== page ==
B2B site design and context

By Dan Marley

I recently completed a project involving insurance brokers, which got me thinking about how this research is relevant to any organisation thinking about B2B sites or intranets for staff.

When involved in a design process, understanding your customer segmentation is not enough, you must understand the surrounding context your users are in. If you don’t understand where, how and when your customers will interact with your site, you could end up designing something that will cause more problems than it solves.

It is good ergonomics to understand job design and physical environmental factors when designing any staff tools or systems, so they integrate rather than conflict with the existing infrastructure. Such factors include; constant distractions, large scale multi-tasking and working across multiple channels, all of which require a lot of organisational skill and patience to design.

My experience from research with insurance brokers backs this up and adds these considerations for design:

  • Users are time pressured and deal with multiple sites/systems on a daily basis. For example, brokers use multiple provider sites in a single day
  • Users aim to get in and out of your site as quickly as possible with the desired information for their clients
  • Provider sites contain similar content, but different ways to navigate to it – this is frustrating and time consuming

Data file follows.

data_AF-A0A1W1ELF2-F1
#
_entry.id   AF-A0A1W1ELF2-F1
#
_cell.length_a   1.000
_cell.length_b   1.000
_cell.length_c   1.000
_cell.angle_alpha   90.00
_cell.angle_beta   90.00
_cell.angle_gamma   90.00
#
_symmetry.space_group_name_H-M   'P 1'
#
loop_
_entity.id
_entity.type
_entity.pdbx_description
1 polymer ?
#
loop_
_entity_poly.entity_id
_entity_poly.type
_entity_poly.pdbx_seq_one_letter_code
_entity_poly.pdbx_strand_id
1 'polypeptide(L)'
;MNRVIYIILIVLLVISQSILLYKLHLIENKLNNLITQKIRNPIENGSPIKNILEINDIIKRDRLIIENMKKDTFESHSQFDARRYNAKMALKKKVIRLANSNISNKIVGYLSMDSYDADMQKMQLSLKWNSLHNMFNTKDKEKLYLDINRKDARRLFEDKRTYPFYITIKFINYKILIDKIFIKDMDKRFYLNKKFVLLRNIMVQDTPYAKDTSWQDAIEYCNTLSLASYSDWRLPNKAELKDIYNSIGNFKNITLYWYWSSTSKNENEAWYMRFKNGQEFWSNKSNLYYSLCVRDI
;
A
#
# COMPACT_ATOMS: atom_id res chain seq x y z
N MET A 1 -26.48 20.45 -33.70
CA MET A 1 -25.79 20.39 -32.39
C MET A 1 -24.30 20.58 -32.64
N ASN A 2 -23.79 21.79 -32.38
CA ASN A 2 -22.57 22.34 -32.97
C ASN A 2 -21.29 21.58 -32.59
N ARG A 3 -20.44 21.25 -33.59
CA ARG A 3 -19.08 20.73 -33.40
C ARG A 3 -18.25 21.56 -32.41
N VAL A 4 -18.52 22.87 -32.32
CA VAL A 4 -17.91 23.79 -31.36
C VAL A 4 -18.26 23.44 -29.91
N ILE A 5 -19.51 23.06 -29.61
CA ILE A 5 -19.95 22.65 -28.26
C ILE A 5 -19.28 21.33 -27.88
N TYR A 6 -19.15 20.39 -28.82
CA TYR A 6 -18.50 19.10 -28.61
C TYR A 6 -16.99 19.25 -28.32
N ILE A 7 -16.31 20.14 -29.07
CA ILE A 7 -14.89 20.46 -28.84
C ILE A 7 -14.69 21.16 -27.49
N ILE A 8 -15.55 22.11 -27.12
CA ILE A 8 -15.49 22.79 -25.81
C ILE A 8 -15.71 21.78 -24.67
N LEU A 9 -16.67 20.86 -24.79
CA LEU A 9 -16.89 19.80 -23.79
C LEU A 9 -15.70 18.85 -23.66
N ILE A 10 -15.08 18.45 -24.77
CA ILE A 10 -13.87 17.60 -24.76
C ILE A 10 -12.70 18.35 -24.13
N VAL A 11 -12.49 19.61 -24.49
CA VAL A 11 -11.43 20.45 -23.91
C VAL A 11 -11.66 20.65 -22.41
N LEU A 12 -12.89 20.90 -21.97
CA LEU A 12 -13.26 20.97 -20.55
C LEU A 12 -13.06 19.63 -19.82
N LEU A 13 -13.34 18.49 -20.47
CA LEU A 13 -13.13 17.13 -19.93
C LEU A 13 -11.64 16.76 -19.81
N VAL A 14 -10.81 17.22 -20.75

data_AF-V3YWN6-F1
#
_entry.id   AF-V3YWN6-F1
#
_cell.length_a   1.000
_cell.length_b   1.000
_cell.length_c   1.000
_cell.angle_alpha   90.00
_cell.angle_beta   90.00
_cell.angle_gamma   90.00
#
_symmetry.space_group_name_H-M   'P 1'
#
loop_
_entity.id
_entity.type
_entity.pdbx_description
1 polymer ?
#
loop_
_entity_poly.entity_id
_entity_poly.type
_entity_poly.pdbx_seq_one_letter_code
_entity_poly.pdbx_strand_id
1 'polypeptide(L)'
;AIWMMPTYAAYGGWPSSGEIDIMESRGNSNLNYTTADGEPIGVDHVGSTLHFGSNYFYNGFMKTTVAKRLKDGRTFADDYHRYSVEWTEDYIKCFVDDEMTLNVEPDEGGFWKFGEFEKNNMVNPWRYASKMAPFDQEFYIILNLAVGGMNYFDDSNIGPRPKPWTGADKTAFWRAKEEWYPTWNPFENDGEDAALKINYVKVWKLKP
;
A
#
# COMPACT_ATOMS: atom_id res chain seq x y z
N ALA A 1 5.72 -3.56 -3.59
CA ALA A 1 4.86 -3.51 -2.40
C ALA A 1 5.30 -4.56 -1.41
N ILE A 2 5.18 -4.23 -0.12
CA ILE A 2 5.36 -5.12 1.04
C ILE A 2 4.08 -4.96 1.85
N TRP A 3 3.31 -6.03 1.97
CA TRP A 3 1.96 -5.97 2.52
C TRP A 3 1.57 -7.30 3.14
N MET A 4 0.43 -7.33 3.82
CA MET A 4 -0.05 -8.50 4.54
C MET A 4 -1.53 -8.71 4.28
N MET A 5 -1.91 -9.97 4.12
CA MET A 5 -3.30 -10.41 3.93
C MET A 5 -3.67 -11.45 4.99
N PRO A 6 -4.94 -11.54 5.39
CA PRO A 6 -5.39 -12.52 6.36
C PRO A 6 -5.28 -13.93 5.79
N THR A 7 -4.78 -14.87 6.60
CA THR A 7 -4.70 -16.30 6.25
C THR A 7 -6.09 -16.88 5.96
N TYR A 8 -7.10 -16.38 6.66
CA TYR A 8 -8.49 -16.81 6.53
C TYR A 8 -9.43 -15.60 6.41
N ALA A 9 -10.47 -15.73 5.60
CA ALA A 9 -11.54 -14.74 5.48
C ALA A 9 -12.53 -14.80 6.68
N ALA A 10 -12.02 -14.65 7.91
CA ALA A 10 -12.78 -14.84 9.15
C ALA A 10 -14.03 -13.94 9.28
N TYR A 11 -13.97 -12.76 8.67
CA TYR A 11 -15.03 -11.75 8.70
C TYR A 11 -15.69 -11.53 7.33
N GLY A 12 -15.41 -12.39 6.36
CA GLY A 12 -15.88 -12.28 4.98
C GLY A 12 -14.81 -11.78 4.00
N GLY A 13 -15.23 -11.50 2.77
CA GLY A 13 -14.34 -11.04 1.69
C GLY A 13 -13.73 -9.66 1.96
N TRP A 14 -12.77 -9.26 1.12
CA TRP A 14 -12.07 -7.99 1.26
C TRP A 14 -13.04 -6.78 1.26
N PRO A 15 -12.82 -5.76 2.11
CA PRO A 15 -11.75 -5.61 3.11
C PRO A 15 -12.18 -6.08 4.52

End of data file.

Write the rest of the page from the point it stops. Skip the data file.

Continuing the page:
What does this mean for providers’ sites?

Your site is a tool, therefore:

  • Ensure clear signposting and routing on the site
  • Don’t waste time creating a graphically thrilling experience. The experience is about getting results as quickly as possible
  • Don’t try and hand hold them through processes that are basically the same regardless of the site being used

What else needs to be considered?

  • Not every journey can be done completely online, e.g. some quotes or claims can be too complex for an online solution
  • Brokers have built relationships with providers and generally have their phone number to hand and will at some point want to deal with them directly

In summary ergonomists should think about the wider environmental factors when designing a tool, not just the user, and should uncover this through research.

What do you think?